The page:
Recently I took several of the undergraduate students working with me to the regional Geological Society of America meeting in Richmond, Virginia. This is a good starting place to learn to present in an academic setting. The regional meetings are much smaller than larger national geoscience meetings. The last annual national meeting had ~8,000 attendees, whereas this meeting likely had only ~600-800. An order of magnitude smaller! This makes the meeting much less overwhelming! I had one student giving an oral presentation (Michael) and another with a poster presentation (Logan).

Michael explaining how he filtered all of the imagery data.

Michael gave a talk on a new model he created within GIS (Geographic Information Systems) to discover rock outcrops along roads. Something that is a huge issue in geology and paleontology is trying to find old collection localities from 10 to 50 or even 100 years ago! Often these descriptions are vague and do not include precise GPS coordinates. This means you spend hours browsing Google street view or physically driving around searching for the location. This model should help point you in the correct direction! You can watch a recording of his presentation here.

Logan walking Steve Leslie through her recent results on the respiratory structures of blastoids.

Logan was presenting on work we have recently completed on modeling the internal respiratory structures of blastoids. She has recently completed two models of a type of blastoid, fissiculate, that has never been modeled before. The results were incredibly interesting: we found that it is likely that the two main classifications of blastoids are likely not as different as everyone originally thought! This means that when classifying these animals you should look at the outside and the inside to get a complete picture of the total anatomy! You can watch a recording of Logan’s poster presentation here.

This conference was very important practice for myself as well. As I progress academically I will continue to advise and mentor students. Having the opportunity to prepare, practice, and execute the presentations allowed me to see what works and what doesn’t. Considering things like what it takes to prepare a talk versus a poster, or how do I frame feedback to be constructive and critical. Preparing a presentation of any kind takes a significant amount of time and sometimes practicing is scary, even when it is just in front of one person. Both of my students had an incredibly successful conference and I can’t wait to see what we get into next!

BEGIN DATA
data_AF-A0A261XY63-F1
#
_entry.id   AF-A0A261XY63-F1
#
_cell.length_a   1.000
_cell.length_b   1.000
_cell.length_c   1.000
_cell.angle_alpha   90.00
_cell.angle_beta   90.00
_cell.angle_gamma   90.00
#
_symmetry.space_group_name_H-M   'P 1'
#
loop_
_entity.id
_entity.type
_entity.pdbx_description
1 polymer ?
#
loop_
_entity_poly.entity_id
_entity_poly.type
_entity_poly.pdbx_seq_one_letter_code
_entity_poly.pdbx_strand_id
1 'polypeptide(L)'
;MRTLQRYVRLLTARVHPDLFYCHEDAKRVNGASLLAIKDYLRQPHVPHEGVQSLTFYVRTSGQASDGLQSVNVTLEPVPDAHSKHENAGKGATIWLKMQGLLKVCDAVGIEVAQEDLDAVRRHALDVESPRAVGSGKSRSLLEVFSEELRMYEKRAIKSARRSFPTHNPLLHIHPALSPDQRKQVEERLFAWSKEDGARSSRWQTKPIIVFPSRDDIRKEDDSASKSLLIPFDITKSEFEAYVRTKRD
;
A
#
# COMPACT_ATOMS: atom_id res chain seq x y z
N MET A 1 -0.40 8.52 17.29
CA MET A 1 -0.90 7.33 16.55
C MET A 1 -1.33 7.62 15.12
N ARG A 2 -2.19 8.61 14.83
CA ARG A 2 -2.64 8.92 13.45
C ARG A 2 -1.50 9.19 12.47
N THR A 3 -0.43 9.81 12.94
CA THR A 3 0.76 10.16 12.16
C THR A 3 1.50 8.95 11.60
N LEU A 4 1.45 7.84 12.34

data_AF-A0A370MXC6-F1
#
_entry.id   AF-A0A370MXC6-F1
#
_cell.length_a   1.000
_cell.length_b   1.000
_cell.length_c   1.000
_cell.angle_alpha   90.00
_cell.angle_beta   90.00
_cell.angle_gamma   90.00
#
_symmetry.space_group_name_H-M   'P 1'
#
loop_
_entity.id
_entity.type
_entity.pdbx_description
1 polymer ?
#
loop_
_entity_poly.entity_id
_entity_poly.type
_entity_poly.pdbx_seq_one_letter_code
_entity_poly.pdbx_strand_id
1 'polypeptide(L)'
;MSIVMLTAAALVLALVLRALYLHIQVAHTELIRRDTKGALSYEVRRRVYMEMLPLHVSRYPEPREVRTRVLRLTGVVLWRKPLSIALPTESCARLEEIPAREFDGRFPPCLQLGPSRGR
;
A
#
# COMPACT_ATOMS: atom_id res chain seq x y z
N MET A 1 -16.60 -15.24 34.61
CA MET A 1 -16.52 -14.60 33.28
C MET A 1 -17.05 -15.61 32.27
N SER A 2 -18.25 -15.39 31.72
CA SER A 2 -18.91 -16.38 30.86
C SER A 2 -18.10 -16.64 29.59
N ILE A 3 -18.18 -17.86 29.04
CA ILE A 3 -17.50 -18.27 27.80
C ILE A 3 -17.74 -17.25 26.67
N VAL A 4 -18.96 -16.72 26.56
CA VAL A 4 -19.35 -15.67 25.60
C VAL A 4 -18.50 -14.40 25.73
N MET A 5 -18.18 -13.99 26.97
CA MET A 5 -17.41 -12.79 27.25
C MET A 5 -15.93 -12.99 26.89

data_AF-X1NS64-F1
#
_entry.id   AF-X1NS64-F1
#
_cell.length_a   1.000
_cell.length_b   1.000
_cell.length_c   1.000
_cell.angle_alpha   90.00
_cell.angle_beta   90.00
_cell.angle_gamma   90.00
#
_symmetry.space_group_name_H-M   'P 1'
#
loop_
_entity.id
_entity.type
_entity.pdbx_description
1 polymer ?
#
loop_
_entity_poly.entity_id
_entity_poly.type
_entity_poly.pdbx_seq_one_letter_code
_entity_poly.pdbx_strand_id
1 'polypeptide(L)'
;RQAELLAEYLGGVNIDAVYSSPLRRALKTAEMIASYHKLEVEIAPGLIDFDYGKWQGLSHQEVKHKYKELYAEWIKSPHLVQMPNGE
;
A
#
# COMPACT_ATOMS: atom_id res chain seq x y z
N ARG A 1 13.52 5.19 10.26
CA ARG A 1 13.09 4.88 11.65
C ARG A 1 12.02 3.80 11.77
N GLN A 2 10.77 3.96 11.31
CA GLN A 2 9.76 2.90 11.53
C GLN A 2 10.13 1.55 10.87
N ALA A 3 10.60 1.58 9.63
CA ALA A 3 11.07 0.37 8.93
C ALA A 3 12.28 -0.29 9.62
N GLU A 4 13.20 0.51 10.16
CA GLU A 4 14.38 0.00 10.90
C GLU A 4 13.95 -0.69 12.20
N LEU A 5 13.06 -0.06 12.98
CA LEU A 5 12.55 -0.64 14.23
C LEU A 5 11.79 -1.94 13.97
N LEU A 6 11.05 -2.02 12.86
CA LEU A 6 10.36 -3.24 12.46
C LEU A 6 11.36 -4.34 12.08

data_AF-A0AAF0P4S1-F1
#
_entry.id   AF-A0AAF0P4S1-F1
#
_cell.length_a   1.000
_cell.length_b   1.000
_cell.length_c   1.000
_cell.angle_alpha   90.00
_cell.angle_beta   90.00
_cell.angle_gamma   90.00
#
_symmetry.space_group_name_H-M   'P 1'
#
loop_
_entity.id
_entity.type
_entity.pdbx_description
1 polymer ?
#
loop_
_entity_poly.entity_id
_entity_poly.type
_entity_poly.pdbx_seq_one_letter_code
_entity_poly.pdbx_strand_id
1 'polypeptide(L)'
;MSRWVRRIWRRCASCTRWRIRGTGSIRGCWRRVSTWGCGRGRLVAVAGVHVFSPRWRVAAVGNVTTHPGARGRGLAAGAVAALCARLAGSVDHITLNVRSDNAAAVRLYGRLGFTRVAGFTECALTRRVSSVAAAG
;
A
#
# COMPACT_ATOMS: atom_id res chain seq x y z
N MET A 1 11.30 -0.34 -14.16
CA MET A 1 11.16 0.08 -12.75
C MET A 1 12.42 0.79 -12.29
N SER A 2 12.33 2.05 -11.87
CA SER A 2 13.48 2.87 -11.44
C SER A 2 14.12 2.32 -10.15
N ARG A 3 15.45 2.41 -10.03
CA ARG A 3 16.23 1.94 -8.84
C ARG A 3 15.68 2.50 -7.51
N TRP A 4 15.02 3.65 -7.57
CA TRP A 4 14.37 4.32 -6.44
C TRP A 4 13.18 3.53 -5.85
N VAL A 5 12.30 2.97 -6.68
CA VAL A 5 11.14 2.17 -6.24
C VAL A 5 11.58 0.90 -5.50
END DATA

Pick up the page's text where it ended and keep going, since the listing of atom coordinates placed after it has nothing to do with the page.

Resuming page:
Darwin Day Teachers Workshop

Jen here –

I have been heavily involved with our Darwin Day events since starting at University of Tennessee (UT). Darwin Day is an international celebration of the life and work of Charles Darwin. It happens annually around his birthday (February 12th). Our Darwin Day events at UT are the longest running in the nation – this year was our 20th anniversary. The whole idea behind Darwin Day is to provide information on Darwin’s work and to dispel any misinformation surrounding evolution.

Teachers filling out their responses to ice breaker prompts.

This year, I planned a birthday party with our local museum and organized a teachers’ workshop. The teachers’ workshop was today (02/25/2017), ran from 9 – 2 PM, and provided five professional development credits to local educators. This event was co-hosted with the National Institute for Mathematical and Biological Synthesis (NIMBioS) and held at their facility on campus. This workshop had icebreakers where we discussed evolution, hypothesis testing, and issues that arise in the classroom. Recent laws in Tennessee allow the teaching of ‘alternative theories’ in the classroom, specifically Intelligent Design. Our workshop was centered around ways to respectfully and honestly show students evidence-based work and hypotheses.

Lecture on Gardening in the Classroom.

We had a guest speaker from the Knoxville Botanical Garden and Arboretum give a lecture on gardening in the classroom. This provided the teachers with a framework and an idea of the effort and management that goes into creating a garden at school. There was a mini-lesson on understanding hypotheses, data, and general science and evolution. We finished up with breakout sessions that incorporated scenarios that teachers could encounter with students and how they could combat them by coercing accountable/argumentative language and thinking. The idea of this is that we want students to be thinking about the evidence on which they are basing their statements.

This is an incredibly rewarding experience because we get to share what we know as college-level educators with K-12 teachers. There is learning on both ends because sometimes college-level instructors can provide information that is too complicated, which is confusing for younger students. Outreach opportunities such as these provide a critical outlet for young professional scientists to practice their colloquial science skills.

Breakout session for K-8 educators where we could discuss issues they have had and ways to combat misinformation.